Updated: Oct 31, 2019
Beer is a drink with a long, rich history that can be traced back thousands of years, especially in the Middle East. Today’s Middle Eastern beer brands keep the tradition alive with a wide variety of products for us to enjoy. I think that the occasional beer is a good way to relax, so long as you pick the right one for you. With so many different kinds available and new ones debuting all the time, it shouldn’t be too hard, but here are a few popular options to get you started.
Lebanese Beer, Since 1931
Brasserie Almaza is one of the most popular beer manufacturers in Lebanon, though today they’re distributed in more than two dozen countries. Not bad for a beer company started by a few friends in 1931!
The flagship beer is the eponymous Almaza—a pilsner beer that’s been in production since 1933. Consumers have grown fond of its crisp bite and sweet, mellow flavor. I’ve heard people describe it as tasting slightly fruity. Several variations are available, such as Light, Special Dark, and Radler—the latter being defined by its lemon twist. Additionally, Brasserie Almaza offers an extra strong beer called Rex, a second pilsner option called Al Rayess, and Laziza—a line of fruit flavored, non-alcoholic beers
Lebanese Beer, Since 1974
Akram Kassalty established the beverage brand, Kassalty Chtaura, in Lebanon in 1974. Since then, they have produced a wide variety of beverages in the intervening years. Their most popular by far is Beirut Beer, but they also offer other alcohols, such as wine and vodka.
Beirut Beer is an all-natural pilsner beer that comes in many different sizes, as well as in a light variety with fewer calories and lower alcohol content. An interesting feature here is the pull off caps, which make opening a Beirut Beer quicker and easier than using a bottle opener. Kassatly Chtaura also offers the lagers Buzz Beer and Buzz Beer Strong. True to its name, Strong features twice the alcohol content of a regular Buzz Beer.
Lebanese Beer, Since 2006
961 Beer got a more recent start than many brands on this list, as their founder Mazen Hajjar officially launched the venture in July of 2006 in Lebanon, after brewing up test batches in his own kitchen to see if the whole thing was viable! The last decade has been kind to 961 Beer, as they’ve begun to earn recognition and win awards for their products.
961 Beer offers seven different beers: 961 American IPA, 961 Lager, 961 Lebanese Pale Ale, 961 Porter, 961 Red Ale, 961 Witbier, and Lebanese Brew—a light lager. With such a variety they have something for just about everyone!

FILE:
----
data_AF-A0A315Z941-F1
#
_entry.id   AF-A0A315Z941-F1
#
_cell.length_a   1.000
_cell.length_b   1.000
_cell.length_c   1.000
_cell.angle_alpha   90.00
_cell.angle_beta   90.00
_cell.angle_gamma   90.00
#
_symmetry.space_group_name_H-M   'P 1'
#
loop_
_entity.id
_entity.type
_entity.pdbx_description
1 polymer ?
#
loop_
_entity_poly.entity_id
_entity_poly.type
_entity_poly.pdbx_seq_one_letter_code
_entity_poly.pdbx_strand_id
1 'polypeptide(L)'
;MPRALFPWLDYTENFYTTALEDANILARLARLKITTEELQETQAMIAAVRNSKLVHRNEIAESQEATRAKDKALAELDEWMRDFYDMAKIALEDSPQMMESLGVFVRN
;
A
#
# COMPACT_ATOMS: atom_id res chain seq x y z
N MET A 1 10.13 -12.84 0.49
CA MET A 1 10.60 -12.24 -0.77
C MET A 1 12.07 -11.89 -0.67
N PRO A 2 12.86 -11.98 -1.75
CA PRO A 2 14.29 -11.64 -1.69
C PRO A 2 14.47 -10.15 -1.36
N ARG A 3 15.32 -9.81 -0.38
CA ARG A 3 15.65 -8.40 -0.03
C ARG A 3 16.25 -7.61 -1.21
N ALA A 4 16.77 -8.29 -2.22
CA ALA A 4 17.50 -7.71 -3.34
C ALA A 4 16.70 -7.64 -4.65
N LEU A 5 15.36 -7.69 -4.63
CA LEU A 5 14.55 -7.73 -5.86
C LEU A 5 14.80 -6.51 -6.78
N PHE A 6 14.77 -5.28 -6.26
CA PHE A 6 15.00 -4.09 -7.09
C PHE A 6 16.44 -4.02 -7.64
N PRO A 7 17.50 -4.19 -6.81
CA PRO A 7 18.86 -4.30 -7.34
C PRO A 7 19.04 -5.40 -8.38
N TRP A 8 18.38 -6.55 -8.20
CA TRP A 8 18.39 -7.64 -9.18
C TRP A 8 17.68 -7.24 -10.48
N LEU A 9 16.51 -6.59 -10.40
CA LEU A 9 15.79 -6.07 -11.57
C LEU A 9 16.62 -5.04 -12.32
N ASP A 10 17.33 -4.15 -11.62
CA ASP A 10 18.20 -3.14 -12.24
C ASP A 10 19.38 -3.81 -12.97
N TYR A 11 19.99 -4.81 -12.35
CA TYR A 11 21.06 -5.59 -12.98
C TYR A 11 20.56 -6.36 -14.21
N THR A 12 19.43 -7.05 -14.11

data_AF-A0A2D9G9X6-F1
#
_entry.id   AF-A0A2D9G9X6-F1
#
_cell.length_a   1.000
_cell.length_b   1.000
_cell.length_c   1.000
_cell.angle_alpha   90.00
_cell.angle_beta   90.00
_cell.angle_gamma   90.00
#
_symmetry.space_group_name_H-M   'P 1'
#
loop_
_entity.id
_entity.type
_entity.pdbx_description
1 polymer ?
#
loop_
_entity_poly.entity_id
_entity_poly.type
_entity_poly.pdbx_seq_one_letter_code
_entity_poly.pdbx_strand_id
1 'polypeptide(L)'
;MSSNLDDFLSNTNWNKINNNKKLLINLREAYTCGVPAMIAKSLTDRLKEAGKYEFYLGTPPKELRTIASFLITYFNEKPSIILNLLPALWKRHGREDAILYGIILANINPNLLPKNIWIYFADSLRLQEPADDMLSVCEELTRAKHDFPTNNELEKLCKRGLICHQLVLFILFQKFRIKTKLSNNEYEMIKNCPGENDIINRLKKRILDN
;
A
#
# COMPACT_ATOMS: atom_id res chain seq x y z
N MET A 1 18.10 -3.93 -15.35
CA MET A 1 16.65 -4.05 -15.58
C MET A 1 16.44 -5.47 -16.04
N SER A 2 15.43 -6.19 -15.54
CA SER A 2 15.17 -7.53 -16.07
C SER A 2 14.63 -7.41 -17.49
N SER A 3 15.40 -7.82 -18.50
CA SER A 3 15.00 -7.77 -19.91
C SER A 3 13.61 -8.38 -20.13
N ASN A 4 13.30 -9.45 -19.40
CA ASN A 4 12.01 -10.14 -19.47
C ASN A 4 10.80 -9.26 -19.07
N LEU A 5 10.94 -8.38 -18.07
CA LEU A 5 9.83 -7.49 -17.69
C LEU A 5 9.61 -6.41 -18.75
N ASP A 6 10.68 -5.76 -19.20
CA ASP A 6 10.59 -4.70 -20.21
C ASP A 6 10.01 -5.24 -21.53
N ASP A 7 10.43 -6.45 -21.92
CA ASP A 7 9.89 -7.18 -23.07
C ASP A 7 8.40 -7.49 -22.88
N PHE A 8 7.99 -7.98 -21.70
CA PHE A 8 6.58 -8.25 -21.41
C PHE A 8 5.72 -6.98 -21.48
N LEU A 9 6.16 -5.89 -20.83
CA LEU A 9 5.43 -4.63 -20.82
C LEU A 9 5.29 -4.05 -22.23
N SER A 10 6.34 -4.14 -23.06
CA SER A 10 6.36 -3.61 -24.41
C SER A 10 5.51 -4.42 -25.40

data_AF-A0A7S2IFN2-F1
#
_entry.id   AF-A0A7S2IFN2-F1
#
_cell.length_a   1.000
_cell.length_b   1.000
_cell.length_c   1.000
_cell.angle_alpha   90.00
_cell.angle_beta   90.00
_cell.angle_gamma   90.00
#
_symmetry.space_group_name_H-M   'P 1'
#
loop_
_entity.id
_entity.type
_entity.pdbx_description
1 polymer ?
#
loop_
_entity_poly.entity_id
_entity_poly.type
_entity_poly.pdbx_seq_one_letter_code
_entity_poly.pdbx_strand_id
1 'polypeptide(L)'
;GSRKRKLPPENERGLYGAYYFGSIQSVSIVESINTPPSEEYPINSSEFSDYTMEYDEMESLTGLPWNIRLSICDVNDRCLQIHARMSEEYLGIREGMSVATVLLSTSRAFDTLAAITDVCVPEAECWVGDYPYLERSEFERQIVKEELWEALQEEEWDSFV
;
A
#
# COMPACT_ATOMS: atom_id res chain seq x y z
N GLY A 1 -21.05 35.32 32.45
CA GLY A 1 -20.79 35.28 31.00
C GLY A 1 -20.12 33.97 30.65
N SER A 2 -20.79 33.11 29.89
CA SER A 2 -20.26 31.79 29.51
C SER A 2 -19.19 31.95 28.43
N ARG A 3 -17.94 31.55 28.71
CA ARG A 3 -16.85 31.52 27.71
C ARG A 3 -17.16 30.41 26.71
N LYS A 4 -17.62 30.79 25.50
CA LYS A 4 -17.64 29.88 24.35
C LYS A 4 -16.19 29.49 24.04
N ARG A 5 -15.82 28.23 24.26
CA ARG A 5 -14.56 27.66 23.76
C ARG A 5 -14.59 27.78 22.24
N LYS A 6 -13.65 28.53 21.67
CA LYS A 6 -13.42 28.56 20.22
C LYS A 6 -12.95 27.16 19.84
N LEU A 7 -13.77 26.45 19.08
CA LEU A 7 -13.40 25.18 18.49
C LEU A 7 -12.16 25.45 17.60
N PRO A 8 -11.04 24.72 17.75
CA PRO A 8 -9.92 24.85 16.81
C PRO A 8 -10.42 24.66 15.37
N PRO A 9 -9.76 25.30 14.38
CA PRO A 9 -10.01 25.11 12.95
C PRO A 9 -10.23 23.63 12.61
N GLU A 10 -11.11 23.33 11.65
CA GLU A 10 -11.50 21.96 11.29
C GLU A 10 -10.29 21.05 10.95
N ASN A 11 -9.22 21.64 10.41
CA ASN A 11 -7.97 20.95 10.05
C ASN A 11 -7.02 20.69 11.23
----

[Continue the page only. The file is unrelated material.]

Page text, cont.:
Mazen Hajjar appeared on TEDxBeirut back in 2011. Check out his amazing story here:
Lebanese Beer, Since 2014
Debuting in 2014, Colonel Beer is a Batroun based company that specializes in microbrews. Not content to sell a beer in stores alone, owner Jamil Haddad launched a brewpub and restaurant, where patrons could have a meal and enjoy beer fresh from the source.
Colonel offers both lager and black Irish beers as bottled options, and those are what you’re more likely to encounter if you’re shopping in stores. If you venture to their pub you can get a much broader selection, including a passion fruit brew, an IPA, a red Irish, and a lychee fruit brew. I admire their experimental attitude, but I wish they’d make their more unique products available at retail!
Palestinian Beer, Since 1994
The Taybeh Brewing Company is a Palestinian microbrewery established in 1994 by brothers David and Nadim Khoury, with the goal of introducing new beers into their home country while adding to the local economy.
Today, their flagship product is Taybeh Golden Beer—a German-style lager that they handcraft in small batches. Other beers in their lineup include their Dark, Amber, Light, and White varieties. For those cutting back, they have a non-alcoholic brew as well!
Egyptian Beer, Since 1987
In business since 1897, the Egypt-based Al Ahram Beverages Company has always had one flagship: Stella Beer. While the ownership of the company has changed hands several times, and they have now been purchased by the Heineken Group, Stella Beer has remained the same.
Stella is a lager beer with a light, clean taste. Also on offer from Al Ahram is Sakara Gold, a beer styled after European brews that is slightly lower in alcohol content than Stella—a fine choice if you’re ever in Egypt and you want a twist on a classic.
How to Pour Beer in Two Easy Steps
To some, a good pour may seem like child’s play, but many of us still have trouble getting our beer to pour just right without reducing it to a foamy mess! I myself am guilty of the occasional bad pour, but the principles behind a good pour are simple.
Hold the glass at a 45 degree angle and pour the beer towards the center of the glass (i.e. don’t lean the beer on the rim, hold it a few inches past there).
When the glass is about halfway full, turn it back upright as you pour—this helps form a “head” of foam at the top of the glass. If you pour too quickly the foam head will be too large, so try to take your time and aim for about half an inch of foam. Conversely, pouring too slowly will yield no foam at all, so you may need to practice a few times before you get the speed figured out.
There are countless beers in the world today, but many of the best can be found in the Middle East. You don’t have to visit Lebanon or Egypt to have a good beer, as the global retail market today lets anyone get their hands on many of the products I’ve discussed here. So, regardless of where you’re having your next get together, consider a Middle Eastern beer for your refreshment. It never hurts to have a few drinks with friends while you’re unwinding, and – for those who don’t partake – many of these same companies offer non-alcoholic options! No one needs to be left out.
To fine local Middle Eastern markets that may sell all or some of these brands, check out our Market Directory for a complete list of Middle Eastern Markets in Massachusetts.